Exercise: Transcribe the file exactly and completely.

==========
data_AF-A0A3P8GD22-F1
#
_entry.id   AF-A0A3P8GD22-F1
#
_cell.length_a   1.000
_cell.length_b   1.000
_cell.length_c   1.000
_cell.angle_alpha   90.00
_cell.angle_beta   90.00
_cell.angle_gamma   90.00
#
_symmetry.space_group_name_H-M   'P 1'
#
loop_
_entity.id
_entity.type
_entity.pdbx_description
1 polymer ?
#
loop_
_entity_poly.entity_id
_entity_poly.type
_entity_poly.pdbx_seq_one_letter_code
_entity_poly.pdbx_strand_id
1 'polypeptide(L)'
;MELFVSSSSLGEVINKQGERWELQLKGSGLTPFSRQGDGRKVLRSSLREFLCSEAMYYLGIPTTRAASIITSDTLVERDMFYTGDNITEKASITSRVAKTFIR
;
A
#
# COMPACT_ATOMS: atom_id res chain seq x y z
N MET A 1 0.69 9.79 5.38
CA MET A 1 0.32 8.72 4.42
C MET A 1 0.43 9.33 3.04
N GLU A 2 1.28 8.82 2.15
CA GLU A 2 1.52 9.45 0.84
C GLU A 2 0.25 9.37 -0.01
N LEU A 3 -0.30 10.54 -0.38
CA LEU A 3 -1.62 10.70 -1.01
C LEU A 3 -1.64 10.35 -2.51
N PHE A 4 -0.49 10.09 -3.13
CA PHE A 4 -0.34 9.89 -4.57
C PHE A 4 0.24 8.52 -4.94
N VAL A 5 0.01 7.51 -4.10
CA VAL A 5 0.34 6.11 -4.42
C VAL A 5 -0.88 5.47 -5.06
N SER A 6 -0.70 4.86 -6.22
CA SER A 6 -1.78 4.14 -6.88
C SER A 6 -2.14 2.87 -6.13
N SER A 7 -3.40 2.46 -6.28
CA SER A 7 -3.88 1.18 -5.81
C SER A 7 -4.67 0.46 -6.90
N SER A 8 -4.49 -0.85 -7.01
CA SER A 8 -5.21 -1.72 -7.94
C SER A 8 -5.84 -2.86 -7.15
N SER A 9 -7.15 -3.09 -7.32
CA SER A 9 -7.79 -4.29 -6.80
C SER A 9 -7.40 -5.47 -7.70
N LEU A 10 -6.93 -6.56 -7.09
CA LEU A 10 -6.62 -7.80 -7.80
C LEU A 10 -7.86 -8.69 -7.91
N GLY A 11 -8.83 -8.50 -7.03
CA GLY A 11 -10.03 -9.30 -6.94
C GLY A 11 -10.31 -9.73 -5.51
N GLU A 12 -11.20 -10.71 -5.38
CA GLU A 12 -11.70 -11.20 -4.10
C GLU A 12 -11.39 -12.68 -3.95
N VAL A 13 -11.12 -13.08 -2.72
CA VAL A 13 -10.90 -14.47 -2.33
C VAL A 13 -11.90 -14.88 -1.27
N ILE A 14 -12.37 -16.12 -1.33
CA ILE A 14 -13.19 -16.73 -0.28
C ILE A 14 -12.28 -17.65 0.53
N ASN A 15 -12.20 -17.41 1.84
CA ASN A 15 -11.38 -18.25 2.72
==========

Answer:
data_AF-A0A3P8GD22-F1
#
_entry.id   AF-A0A3P8GD22-F1
#
_cell.length_a   1.000
_cell.length_b   1.000
_cell.length_c   1.000
_cell.angle_alpha   90.00
_cell.angle_beta   90.00
_cell.angle_gamma   90.00
#
_symmetry.space_group_name_H-M   'P 1'
#
loop_
_entity.id
_entity.type
_entity.pdbx_description
1 polymer ?
#
loop_
_entity_poly.entity_id
_entity_poly.type
_entity_poly.pdbx_seq_one_letter_code
_entity_poly.pdbx_strand_id
1 'polypeptide(L)'
;MELFVSSSSLGEVINKQGERWELQLKGSGLTPFSRQGDGRKVLRSSLREFLCSEAMYYLGIPTTRAASIITSDTLVERDMFYTGDNITEKASITSRVAKTFIR
;
A
#
# COMPACT_ATOMS: atom_id res chain seq x y z
N MET A 1 0.69 9.79 5.38
CA MET A 1 0.32 8.72 4.42
C MET A 1 0.43 9.33 3.04
N GLU A 2 1.28 8.82 2.15
CA GLU A 2 1.52 9.45 0.84
C GLU A 2 0.25 9.37 -0.01
N LEU A 3 -0.30 10.54 -0.38
CA LEU A 3 -1.62 10.70 -1.01
C LEU A 3 -1.64 10.35 -2.51
N PHE A 4 -0.49 10.09 -3.13
CA PHE A 4 -0.34 9.89 -4.57
C PHE A 4 0.24 8.52 -4.94
N VAL A 5 0.01 7.51 -4.10
CA VAL A 5 0.34 6.11 -4.42
C VAL A 5 -0.88 5.47 -5.06
N SER A 6 -0.70 4.86 -6.22
CA SER A 6 -1.78 4.14 -6.88
C SER A 6 -2.14 2.87 -6.13
N SER A 7 -3.40 2.46 -6.28
CA SER A 7 -3.88 1.18 -5.81
C SER A 7 -4.67 0.46 -6.90
N SER A 8 -4.49 -0.85 -7.01
CA SER A 8 -5.21 -1.72 -7.94
C SER A 8 -5.84 -2.86 -7.15
N SER A 9 -7.15 -3.09 -7.32
CA SER A 9 -7.79 -4.29 -6.80
C SER A 9 -7.40 -5.47 -7.70
N LEU A 10 -6.93 -6.56 -7.09
CA LEU A 10 -6.62 -7.80 -7.80
C LEU A 10 -7.86 -8.69 -7.91
N GLY A 11 -8.83 -8.50 -7.03
CA GLY A 11 -10.03 -9.30 -6.94
C GLY A 11 -10.31 -9.73 -5.51
N GLU A 12 -11.20 -10.71 -5.38
CA GLU A 12 -11.70 -11.20 -4.10
C GLU A 12 -11.39 -12.68 -3.95
N VAL A 13 -11.12 -13.08 -2.72
CA VAL A 13 -10.90 -14.47 -2.33
C VAL A 13 -11.90 -14.88 -1.27
N ILE A 14 -12.37 -16.12 -1.33
CA ILE A 14 -13.19 -16.73 -0.28
C ILE A 14 -12.28 -17.65 0.53
N ASN A 15 -12.20 -17.41 1.84
CA ASN A 15 -11.38 -18.25 2.72